Then, this April, he announced he was giving two Egyptian islands in the Red Sea to neighboring Saudi Arabia, angering nationalists who had supported him until then. As Sarah Yerkes at Brookings explained: “Making matters worse are reports that Egypt consulted with Israel and the United States prior to the transfer. . . The notion that [el-Sisi] would consult with Israel about something that he kept secret from his own people is the ultimate insult and betrayal to many Egyptians.”
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Daniel Raventós and Julie Wark report
On June 26, three days after a majority of English citizens (but not of Scotland and Northern Ireland) voted to leave the European Union, Spain’s general elections were held and the results were conscientiously pored over by the European Union. Yet few analysts had foreseen the influence Brexit was going to have. And, yes, results it certainly had.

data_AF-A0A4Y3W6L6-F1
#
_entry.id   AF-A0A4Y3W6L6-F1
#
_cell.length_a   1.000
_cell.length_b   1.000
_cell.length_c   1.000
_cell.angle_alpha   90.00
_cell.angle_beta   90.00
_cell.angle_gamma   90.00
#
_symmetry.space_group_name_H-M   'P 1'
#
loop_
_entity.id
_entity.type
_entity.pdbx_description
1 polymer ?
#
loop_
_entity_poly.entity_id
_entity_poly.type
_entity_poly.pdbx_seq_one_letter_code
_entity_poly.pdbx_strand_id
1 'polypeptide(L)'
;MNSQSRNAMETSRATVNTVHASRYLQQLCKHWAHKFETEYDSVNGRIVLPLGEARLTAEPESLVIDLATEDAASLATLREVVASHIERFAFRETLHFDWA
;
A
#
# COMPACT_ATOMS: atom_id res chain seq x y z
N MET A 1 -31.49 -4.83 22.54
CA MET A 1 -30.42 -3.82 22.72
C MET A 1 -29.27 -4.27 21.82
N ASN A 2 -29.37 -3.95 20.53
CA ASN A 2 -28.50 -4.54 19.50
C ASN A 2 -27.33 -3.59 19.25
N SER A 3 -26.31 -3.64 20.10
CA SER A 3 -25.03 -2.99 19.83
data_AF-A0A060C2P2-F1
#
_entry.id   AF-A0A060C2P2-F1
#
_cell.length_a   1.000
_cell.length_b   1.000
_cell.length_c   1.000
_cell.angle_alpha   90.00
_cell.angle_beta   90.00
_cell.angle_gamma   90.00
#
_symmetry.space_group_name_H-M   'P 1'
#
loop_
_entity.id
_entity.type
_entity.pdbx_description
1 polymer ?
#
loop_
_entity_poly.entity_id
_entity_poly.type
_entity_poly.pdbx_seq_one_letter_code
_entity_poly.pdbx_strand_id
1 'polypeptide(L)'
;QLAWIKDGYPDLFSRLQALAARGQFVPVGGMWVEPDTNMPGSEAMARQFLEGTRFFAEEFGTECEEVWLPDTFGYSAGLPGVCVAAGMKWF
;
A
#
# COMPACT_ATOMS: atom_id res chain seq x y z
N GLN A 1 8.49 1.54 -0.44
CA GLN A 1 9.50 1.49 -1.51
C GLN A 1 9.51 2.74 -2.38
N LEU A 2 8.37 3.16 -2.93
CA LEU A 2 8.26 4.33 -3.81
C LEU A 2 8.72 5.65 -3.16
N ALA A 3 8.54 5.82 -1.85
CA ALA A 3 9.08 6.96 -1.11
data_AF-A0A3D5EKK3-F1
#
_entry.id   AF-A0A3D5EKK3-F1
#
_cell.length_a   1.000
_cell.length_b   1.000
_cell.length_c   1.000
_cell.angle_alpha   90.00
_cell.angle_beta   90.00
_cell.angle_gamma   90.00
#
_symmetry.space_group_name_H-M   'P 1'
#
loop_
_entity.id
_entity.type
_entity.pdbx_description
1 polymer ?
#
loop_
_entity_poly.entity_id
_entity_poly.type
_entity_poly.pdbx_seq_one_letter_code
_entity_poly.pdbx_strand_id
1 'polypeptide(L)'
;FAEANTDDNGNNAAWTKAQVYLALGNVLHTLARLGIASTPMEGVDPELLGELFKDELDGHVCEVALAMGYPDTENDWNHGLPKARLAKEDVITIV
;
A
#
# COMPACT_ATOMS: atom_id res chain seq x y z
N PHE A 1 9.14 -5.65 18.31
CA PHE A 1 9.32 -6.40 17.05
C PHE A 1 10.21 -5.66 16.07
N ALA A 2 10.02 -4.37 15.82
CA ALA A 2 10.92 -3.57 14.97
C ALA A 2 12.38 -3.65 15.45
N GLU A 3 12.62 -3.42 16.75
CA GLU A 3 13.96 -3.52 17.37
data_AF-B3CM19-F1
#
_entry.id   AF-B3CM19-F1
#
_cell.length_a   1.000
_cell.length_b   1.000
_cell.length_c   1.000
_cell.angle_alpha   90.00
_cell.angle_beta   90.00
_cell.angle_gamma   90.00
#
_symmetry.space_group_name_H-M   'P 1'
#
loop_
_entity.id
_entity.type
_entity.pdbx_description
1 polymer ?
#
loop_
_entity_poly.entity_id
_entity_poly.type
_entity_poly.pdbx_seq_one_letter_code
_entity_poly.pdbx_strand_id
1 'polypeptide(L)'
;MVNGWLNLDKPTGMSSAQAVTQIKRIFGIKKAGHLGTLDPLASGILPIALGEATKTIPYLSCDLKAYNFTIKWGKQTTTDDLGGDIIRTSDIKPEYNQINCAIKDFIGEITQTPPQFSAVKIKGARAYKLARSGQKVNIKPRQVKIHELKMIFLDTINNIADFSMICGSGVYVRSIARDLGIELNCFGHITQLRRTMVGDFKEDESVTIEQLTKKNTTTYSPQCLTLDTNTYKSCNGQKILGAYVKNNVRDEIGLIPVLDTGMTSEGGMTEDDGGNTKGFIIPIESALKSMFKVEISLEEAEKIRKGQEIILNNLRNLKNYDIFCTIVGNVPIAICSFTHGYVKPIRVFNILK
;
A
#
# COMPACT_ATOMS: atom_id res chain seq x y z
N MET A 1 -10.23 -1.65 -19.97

Read on here (see CounterPunch Magazine vol. 23 no. 4, 2016)
The London Guardian opinion pages spin the story that after 22 years and 7 successes in popular elections in a rapidly growing and pluralist Turkey, it is Erdoğan who is perpetrating ‘a slow moving coup’, to use a glaring oxymoron. It is as if the brutal military coup of Friday night is the victim. The Blairite leaning newspaper’s reporters tell us that it is Erdoğan, who ‘unleashed a brutal purge… after heading off an attempted (presumably relatively benign) military coup’.